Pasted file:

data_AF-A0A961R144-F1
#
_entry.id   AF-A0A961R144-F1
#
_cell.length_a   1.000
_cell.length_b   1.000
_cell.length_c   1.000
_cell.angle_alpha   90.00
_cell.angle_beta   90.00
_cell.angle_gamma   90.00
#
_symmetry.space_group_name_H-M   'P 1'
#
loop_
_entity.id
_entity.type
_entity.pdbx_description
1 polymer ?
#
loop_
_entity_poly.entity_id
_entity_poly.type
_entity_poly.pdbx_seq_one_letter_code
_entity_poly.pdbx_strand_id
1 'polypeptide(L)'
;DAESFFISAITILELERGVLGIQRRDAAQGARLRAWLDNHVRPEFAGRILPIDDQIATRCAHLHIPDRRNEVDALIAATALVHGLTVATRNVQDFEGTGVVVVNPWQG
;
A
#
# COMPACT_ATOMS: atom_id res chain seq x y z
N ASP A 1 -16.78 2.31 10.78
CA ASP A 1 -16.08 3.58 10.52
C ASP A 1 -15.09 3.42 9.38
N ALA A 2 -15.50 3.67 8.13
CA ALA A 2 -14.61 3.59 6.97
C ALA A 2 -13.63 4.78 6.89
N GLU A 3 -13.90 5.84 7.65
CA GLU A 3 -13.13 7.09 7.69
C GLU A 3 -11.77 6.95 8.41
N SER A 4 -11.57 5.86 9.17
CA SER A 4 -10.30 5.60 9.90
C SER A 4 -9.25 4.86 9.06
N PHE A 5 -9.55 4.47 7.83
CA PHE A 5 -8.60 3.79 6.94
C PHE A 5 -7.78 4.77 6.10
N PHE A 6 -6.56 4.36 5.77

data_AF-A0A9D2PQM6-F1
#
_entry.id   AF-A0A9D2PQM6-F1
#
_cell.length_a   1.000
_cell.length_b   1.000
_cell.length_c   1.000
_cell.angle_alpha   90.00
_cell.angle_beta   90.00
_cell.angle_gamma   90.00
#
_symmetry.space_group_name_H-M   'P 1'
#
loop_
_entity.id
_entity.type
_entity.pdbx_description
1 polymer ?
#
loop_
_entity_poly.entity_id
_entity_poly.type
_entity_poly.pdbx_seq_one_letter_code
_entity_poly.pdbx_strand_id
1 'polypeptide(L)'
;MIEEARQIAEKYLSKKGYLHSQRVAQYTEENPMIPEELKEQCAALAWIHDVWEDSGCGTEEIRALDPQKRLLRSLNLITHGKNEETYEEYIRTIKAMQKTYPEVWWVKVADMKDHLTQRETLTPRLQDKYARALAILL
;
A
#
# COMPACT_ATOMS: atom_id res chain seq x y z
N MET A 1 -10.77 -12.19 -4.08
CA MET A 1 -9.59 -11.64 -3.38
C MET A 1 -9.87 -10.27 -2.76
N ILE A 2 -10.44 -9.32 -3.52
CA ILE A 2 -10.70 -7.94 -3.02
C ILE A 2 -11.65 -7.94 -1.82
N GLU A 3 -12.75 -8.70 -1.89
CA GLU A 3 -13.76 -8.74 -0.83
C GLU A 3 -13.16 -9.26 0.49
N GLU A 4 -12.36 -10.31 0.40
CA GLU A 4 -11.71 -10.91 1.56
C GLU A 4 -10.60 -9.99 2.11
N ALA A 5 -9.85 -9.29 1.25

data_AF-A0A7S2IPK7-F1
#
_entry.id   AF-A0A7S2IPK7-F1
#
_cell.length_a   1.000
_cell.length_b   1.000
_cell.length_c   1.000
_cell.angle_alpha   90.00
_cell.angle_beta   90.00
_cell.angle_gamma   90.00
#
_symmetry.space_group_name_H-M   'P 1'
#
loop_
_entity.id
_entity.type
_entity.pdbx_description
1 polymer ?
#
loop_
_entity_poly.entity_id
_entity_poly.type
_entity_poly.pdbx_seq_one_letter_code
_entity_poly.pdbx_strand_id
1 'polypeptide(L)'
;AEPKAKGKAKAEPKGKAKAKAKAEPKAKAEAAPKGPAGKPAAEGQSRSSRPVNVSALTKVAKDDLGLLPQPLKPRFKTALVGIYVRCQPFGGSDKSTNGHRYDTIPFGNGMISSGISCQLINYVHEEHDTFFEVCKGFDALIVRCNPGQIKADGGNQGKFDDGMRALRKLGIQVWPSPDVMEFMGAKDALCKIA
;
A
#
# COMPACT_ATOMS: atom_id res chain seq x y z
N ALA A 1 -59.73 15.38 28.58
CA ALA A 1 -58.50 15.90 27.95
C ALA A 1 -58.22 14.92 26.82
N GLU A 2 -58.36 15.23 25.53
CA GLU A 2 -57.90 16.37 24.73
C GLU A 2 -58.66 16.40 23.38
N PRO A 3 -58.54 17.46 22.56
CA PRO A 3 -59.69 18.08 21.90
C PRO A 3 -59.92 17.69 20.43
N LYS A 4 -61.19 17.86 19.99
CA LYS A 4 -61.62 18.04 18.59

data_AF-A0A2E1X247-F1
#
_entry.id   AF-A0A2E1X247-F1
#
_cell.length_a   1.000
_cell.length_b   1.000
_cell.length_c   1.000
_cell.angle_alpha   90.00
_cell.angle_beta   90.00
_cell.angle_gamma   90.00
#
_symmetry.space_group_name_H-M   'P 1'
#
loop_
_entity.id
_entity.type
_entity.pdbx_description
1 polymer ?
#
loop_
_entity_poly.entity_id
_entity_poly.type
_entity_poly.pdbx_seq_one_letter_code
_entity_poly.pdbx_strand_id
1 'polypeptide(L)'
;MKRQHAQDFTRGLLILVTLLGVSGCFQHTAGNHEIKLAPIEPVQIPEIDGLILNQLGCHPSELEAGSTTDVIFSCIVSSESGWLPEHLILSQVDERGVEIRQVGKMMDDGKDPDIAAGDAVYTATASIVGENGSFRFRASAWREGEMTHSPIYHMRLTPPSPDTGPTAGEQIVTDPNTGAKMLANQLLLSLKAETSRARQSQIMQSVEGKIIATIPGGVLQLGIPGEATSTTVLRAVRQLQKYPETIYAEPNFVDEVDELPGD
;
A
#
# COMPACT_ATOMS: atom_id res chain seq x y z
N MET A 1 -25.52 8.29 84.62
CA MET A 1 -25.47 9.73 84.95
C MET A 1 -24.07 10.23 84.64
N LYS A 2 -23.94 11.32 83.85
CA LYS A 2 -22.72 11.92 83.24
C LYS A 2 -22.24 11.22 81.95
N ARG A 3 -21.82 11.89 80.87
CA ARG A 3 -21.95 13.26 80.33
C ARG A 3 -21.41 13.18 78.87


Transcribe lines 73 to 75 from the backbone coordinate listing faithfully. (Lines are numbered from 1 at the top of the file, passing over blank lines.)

;
A
#